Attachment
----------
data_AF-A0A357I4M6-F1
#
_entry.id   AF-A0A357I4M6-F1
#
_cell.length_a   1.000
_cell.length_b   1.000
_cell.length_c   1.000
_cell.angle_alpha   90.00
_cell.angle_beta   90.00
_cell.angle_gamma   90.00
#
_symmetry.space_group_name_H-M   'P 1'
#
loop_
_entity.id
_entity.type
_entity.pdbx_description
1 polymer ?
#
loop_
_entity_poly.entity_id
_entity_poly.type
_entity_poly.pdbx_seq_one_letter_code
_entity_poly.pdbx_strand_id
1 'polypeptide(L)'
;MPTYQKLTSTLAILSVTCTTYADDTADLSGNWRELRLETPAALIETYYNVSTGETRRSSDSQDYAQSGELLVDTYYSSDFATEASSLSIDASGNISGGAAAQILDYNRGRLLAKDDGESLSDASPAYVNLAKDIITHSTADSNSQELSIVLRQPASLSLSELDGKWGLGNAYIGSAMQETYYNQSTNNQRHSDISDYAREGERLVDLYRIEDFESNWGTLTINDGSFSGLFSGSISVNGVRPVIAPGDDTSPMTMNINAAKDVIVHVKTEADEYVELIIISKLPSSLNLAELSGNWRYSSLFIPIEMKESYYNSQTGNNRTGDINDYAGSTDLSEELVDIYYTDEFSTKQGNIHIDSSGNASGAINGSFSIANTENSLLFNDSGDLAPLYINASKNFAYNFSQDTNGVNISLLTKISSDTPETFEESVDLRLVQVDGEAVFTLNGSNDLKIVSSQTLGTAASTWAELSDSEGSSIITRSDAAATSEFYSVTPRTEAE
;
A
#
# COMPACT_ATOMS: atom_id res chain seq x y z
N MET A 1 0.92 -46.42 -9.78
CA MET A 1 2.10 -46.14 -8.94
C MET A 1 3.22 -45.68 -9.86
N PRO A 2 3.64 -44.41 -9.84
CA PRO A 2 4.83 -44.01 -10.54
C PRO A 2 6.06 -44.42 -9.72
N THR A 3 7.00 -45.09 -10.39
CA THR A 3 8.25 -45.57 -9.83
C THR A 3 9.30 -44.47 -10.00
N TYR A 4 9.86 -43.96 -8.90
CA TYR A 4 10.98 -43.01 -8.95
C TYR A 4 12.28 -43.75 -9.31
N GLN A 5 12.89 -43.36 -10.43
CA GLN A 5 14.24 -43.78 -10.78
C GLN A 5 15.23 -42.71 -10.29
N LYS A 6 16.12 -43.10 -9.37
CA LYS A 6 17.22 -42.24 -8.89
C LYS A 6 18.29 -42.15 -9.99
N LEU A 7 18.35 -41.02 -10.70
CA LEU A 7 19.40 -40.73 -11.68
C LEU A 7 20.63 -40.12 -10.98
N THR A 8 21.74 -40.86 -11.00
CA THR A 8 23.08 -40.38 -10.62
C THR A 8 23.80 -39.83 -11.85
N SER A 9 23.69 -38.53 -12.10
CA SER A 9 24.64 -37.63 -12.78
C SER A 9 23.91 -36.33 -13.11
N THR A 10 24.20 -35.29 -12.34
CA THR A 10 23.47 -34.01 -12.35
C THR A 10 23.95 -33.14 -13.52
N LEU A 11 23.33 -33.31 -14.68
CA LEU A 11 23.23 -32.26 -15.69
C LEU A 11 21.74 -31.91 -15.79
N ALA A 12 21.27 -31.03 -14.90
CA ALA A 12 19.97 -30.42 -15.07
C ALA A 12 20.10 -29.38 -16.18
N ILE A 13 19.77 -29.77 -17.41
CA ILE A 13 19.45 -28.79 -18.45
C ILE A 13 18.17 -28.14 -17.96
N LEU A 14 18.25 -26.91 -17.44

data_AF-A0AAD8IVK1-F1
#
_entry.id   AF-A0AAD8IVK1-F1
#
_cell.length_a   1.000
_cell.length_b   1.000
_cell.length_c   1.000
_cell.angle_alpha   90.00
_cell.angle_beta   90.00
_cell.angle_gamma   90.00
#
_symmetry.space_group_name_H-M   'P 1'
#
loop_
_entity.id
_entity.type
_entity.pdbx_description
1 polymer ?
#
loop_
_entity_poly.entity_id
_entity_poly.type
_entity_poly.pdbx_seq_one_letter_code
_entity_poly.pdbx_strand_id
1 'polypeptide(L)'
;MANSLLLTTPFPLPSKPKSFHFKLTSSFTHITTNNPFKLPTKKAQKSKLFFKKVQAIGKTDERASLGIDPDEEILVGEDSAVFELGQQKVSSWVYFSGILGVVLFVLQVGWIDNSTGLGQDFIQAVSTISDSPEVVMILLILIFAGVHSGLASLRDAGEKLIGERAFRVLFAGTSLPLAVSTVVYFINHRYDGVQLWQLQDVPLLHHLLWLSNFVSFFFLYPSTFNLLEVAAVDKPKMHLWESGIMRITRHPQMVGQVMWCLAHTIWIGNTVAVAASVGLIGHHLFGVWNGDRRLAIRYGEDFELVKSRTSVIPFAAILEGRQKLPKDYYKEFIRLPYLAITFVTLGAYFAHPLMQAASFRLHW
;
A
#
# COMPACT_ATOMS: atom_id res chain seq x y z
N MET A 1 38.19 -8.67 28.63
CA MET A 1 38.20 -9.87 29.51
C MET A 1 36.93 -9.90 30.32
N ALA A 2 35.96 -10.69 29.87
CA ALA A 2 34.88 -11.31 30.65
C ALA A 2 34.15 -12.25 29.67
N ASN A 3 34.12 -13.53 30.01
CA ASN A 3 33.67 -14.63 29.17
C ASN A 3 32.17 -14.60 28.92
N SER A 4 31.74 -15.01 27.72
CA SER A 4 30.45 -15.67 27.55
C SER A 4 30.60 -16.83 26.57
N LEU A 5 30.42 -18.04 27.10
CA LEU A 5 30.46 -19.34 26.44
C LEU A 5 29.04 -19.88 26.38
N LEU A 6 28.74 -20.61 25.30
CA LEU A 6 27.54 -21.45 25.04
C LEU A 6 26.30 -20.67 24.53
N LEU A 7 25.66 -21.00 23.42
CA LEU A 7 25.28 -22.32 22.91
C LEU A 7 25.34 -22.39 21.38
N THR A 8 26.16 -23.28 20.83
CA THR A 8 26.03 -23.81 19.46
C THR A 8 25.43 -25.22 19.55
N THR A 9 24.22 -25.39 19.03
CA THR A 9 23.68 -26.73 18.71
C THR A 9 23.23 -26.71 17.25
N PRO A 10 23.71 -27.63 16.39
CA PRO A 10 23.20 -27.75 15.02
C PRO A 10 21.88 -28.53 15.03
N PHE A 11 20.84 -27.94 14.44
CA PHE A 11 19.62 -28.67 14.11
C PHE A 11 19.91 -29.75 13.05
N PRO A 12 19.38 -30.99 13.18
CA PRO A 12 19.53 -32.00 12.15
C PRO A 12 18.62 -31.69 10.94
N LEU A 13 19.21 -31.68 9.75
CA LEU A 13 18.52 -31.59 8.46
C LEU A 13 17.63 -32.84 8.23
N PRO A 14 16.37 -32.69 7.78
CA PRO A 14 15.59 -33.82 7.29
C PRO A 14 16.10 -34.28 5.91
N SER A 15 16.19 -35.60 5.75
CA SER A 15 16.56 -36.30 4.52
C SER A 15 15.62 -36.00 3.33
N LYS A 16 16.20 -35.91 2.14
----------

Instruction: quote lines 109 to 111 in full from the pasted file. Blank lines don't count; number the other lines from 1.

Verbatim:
C ASN A 3 32.17 -14.60 28.92
N SER A 4 31.74 -15.01 27.72
CA SER A 4 30.45 -15.67 27.55